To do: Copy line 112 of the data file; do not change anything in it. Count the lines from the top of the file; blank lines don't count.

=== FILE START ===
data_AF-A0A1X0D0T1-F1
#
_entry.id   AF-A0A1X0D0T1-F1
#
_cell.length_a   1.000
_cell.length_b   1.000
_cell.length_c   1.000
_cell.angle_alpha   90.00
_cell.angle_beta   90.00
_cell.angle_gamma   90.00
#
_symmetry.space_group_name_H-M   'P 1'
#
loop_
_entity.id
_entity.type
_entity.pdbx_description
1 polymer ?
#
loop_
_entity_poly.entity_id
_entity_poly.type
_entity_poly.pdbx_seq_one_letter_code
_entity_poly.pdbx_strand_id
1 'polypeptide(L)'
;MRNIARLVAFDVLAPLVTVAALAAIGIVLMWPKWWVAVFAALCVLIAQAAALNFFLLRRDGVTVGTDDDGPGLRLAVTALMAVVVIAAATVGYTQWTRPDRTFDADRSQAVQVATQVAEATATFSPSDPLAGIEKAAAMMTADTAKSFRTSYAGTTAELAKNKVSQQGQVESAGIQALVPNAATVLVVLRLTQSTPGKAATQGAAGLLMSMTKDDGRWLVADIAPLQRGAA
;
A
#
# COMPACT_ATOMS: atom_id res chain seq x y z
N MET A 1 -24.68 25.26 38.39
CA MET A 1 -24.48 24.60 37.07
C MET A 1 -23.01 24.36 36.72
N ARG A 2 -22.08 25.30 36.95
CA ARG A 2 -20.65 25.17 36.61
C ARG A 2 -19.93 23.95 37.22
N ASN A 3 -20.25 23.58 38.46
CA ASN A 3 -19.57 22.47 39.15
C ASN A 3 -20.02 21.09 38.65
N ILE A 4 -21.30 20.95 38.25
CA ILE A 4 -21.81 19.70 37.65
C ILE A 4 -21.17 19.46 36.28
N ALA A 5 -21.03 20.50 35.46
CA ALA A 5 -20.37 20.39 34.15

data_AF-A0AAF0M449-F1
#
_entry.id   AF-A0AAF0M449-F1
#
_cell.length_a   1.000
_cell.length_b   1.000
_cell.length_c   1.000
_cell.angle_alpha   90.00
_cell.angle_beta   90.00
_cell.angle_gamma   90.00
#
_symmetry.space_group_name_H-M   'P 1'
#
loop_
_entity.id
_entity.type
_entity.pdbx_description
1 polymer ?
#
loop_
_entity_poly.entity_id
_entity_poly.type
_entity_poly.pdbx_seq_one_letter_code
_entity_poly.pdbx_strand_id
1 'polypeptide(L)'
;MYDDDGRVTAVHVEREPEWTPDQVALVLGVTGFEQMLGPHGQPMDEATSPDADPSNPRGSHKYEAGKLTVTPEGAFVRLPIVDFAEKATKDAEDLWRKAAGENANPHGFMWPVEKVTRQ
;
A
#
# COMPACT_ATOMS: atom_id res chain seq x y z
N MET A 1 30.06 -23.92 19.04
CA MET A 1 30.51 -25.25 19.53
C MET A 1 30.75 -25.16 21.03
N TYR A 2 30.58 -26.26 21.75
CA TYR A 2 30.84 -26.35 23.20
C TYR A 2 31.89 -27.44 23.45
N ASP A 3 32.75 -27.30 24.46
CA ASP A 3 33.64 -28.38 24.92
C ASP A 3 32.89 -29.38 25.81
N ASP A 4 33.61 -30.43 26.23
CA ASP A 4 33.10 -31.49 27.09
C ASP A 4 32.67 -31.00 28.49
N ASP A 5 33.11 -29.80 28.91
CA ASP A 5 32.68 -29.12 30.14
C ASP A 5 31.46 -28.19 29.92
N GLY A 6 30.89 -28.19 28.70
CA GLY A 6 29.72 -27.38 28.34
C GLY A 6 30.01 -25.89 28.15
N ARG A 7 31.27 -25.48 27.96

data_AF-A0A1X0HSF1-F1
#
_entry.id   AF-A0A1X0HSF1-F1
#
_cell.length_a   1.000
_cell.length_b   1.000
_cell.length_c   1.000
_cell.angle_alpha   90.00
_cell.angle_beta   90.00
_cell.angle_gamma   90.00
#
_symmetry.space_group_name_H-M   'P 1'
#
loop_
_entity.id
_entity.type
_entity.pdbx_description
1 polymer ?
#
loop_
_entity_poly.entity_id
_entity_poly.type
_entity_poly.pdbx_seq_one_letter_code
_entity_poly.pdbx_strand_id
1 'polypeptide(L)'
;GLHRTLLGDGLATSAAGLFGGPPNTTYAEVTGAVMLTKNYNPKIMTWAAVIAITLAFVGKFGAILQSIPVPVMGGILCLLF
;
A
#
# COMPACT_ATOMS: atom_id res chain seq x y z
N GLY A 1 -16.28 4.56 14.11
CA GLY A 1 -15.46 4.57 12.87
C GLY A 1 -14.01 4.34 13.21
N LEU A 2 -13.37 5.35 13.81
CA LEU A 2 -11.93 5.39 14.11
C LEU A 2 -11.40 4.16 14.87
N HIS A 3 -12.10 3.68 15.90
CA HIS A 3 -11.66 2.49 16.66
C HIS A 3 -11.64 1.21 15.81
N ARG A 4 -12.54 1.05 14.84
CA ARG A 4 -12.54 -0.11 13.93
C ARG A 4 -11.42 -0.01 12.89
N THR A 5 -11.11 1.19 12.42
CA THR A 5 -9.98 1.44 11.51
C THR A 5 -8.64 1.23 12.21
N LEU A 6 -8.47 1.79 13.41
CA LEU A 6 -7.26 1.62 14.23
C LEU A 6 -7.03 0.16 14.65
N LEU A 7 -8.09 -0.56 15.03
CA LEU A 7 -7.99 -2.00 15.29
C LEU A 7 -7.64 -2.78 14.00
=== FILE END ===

#